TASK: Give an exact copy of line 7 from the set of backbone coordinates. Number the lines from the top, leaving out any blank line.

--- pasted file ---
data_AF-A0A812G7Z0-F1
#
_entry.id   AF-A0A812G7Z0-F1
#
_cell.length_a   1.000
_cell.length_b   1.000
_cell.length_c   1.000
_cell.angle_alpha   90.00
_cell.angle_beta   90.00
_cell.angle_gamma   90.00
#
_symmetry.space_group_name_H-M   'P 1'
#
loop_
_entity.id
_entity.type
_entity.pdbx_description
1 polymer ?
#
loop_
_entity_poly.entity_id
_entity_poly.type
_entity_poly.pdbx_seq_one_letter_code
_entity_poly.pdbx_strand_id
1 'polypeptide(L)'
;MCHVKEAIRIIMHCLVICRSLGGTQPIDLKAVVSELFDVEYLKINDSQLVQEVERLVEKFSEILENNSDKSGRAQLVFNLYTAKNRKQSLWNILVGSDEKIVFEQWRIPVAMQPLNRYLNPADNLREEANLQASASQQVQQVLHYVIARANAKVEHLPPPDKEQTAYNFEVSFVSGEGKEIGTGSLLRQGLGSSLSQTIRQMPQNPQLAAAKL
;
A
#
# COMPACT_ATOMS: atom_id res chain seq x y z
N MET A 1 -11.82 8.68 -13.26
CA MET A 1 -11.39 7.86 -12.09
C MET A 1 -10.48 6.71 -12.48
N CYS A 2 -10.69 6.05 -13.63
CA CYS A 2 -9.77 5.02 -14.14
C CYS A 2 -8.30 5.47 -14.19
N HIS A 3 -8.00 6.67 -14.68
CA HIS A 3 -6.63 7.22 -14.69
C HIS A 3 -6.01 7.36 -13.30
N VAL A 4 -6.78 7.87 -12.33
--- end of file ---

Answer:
_cell.length_c   1.000